Some examples of the general education tasks Mrs. Thomas has been able to program for Colton include developing modified text (matched with visuals) with questions for science and social studies tasks. A unit on Martin Luther King was adapted for use on the iPad with text and questions to match the general education curriculum. Several math tasks including money, measurement and computation were placed on the iPad program for Colton to use in his math class.  Colton has begun job shadowing as part of a pre-vocational program. Much of the communication that Colton would need to use while completing his job has also been placed on the iPad program. He can now ask for various supplies or tools that he needs to complete the job using his portable iPad program.  Any of the greetings that he makes to teachers, staff and peers are all included for Colton to access even during unplanned encounters. Colton can even play a game of ‘Go Fish’ with another student with the communication needed pre-programmed.  Other iPad apps have been added to Colton’s program to help reinforce skills as well as for entertainment purposes. One app is used to display Colton’s daily schedule. This way, Colton’s schedule is always available for him to check and it is easy to change the events if needed.

Colton continues to need instruction and practice to properly communicate during varied social situations as well as general education tasks. Mrs. Halstead remains involved with Colton on a consultative basis to help with these needs. Mrs. Thomas is continually on the look-out for ways she can take a general education or IEP task and utilize the iPad to help Colton better show what he knows. Colton’s mother is pleased with Colton’s ability to better express his wants and needs as well as his increased independence. Most importantly, Colton can also tell her if he is not feeling well. She, along with Colton’s whole team, is dedicated to helping him better communicate in all situations and settings.

For more information about the strategies and iPad apps used with Colton, please contact Kathy Achenbach at kathy.achenbach@gpaea.k12.ia.us.

Author:
Kathy Achenbach, Special Education Consultant
kathy.achenbach@gpaea.k12.ia.us

800-382-8970 Ext. 5825

Iowa AEA Online Database Focus: Atomic Learning

Atomic Learning is not one of the new databases for 2011-12, but has huge implications for your school’s professional growth using technology.  When we added Atomic Learning a few years ago, the focus was on tutorials – short video clips that showed you how to add columns in an Excel file, insert images into PPTs, and answer other questions on Office, InDesign, PhotoShop, Googledocs, Clicker4, ActivInspire, Kurzweil and many more applications.  There are 50,000 step-by-step technology tutorials including topics such as podcasting, Netbooks, iPads, and Facebook to name just a few.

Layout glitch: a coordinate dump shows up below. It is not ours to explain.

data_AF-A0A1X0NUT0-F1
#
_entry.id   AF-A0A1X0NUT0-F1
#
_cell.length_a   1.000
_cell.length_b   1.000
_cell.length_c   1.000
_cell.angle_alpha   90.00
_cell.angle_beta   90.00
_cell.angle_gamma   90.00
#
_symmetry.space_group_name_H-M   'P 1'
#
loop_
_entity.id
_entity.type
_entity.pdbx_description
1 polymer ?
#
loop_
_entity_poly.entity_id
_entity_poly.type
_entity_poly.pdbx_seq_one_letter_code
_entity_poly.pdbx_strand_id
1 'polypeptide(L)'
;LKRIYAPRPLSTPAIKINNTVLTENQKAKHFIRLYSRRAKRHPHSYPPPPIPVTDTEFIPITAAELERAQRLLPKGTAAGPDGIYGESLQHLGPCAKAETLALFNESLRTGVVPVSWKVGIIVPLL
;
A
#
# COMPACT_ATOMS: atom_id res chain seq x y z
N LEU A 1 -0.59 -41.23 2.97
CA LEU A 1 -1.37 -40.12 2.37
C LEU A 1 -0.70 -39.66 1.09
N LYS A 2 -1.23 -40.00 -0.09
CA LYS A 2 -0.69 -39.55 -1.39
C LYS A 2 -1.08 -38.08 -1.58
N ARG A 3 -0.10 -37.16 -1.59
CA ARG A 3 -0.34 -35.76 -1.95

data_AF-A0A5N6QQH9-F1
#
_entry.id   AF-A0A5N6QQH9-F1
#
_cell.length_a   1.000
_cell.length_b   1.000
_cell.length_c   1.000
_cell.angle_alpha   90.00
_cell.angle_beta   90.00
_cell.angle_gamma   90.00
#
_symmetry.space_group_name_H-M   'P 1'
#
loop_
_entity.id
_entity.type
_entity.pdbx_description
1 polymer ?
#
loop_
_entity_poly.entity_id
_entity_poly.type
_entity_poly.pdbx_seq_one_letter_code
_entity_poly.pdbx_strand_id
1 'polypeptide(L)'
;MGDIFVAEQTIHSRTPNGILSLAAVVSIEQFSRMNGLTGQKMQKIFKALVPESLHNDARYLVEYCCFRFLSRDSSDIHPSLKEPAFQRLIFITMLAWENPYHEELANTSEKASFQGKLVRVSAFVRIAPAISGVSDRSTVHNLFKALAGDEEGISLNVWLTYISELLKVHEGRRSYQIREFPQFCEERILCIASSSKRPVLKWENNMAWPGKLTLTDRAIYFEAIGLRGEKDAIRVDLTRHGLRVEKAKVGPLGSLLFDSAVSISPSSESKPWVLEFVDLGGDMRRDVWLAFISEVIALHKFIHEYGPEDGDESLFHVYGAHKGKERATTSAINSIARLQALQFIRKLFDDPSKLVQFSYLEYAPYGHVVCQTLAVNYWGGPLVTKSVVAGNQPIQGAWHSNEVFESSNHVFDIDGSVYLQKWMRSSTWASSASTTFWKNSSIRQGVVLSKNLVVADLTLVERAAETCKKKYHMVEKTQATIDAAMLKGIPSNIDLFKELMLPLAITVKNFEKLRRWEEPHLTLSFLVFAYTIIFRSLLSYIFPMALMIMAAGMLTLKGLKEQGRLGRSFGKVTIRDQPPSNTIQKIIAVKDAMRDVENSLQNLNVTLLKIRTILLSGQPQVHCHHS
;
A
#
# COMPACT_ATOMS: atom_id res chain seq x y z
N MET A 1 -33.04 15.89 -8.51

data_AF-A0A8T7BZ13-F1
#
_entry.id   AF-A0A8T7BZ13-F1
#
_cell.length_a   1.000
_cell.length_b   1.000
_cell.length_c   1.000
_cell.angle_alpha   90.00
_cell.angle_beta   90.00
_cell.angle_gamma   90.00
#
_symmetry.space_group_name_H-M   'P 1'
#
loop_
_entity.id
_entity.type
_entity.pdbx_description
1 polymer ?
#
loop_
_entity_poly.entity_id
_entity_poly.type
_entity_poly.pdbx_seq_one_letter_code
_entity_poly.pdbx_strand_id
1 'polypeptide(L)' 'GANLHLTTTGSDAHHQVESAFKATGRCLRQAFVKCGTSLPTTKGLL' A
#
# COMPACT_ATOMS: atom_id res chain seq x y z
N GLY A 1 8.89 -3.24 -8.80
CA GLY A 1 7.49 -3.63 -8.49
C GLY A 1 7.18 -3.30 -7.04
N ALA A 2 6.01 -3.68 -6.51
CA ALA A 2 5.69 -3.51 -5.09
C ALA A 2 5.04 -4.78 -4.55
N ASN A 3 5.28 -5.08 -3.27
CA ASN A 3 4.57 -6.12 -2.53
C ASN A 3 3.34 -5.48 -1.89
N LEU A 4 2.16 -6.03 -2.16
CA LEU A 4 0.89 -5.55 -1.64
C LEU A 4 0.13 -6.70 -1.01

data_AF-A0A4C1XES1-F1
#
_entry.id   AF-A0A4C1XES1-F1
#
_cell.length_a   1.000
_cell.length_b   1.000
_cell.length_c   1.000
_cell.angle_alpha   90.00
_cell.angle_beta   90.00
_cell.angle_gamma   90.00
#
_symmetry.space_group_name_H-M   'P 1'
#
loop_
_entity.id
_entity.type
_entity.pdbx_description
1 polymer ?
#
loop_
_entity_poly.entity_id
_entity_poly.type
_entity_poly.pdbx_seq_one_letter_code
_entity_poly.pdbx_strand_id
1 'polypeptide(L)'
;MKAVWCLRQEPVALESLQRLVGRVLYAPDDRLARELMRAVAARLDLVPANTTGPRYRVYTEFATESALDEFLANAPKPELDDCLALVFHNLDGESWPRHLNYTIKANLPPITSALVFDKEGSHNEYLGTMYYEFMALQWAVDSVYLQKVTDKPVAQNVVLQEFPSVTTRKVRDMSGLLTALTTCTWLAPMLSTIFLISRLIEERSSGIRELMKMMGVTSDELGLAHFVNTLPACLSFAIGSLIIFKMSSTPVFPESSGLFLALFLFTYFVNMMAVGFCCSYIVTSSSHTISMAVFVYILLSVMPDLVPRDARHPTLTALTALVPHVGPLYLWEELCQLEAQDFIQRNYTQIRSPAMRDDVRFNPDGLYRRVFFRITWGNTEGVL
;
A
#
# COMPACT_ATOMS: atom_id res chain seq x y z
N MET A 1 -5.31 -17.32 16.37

But, it can do so much more!

Educator Accounts
Every teacher in GPAEA has an individual Educator account with Atomic Learning.  This simple step allows you to plan and implement small groups, grade level groups, building or district level groups to learn as a team about using technology and 21st century skills.

Staff members with Admin Rights for your building can set up assessments, schedule assigned or recommended training.  Each individual Educator has access to his own ePortfolio.  Plus, this year only, Atomic Learning will also help you set up student accounts, for free.  Currently, the students can take a 24 or 48-assessment survey, but with individual accounts, they also have more functionality on the site.

Your individual Educator account is based on your SNAP UN/PW.  Your district may be interested in adding additional admin rights to more teachers.  Please see your media/tech staff for more information!

Lesson Planning
Atomic Learning features projects, workshops and lessons.  One example from the section on 21st Century Skills, Cyberbullying, No Way, Not Me, is a project on using blogs.

The teacher resources include handouts, step by step planning and video links for all technology.

Assistive Tech resources are also included in our collection and you can search by standards, both Common Core and the NETS standards.

Assessments
Atomic Learning has two types of assessments.

  • Tech Skills Assessment for students based on ISTE NETS-S 2007
  • 21st Century Skills Assessment for teachers based on ISTE NETS-T 2008 — a 40-question assessment from a rotating bank provides an indication of 21st century skills knowledge.

Pre and post testing, plus a simple ten-point self-assessment can help your staff and students reach goals for their own learning.

Spotlight Menu
In 2011, they have just added their Spotlight Menu, which features the following topics –

  • Collaborating with a Global Community
  • Creating Engaging Presentations
  • Effective Online Teaching and Learning
  • Engaging with Interactive Whiteboards
  • Evaluating Web Resources
  • Supporting Accessible Instruction
  • Video Storytelling in the Classroom

All of which provide detailed material (in the Atomic Learning way with short video clips) on how we can reach these objectives through four areas – Build your understanding / Put this concept into Practice / Reflect and Apply / and Access to Reference Tools.  See this in action through the Spotlight on Effective Online Teaching & Learning at www.atomiclearning.com.

Author:
Kristin Steingreaber, GPAEA Media Specialist
Kristin.steingreaber@gpaea.org

800-382-8970 ext. 5265

LETRS – Literacy “on Steroids!”

In February of 2011 GPAEA Consultants embarked upon a learning experience that has now been expanded statewide.  Shauna Cutler, Jaci Jarmes and Lori Denz received the first four of thirty-two days of literacy training.  Language Essentials for Teachers of Reading and Spelling (LETRS) was described that first day as a graduate level learning opportunity in the area of literacy, “on steroids!”

LETRS is not a program of any kind and it does not promote the use of specific programs.  It does however build participant understanding of the underlying processes that facilitate reading in the brain.  State of the art neurological imaging technology and increased attention to the reading achievement of students with disabilities has provided the “perfect storm” for the advancement of research in the field of literacy.  The LETRS materials and authors access the most current of this to build a deep understanding of how to most effectively teach all children to read and write proficiently.  The latest version of some of the modules of LETRS that the training has focused on is only now being published so that the learning is based always on the latest research available.  LETRS continually update the modules to keep current with latest research.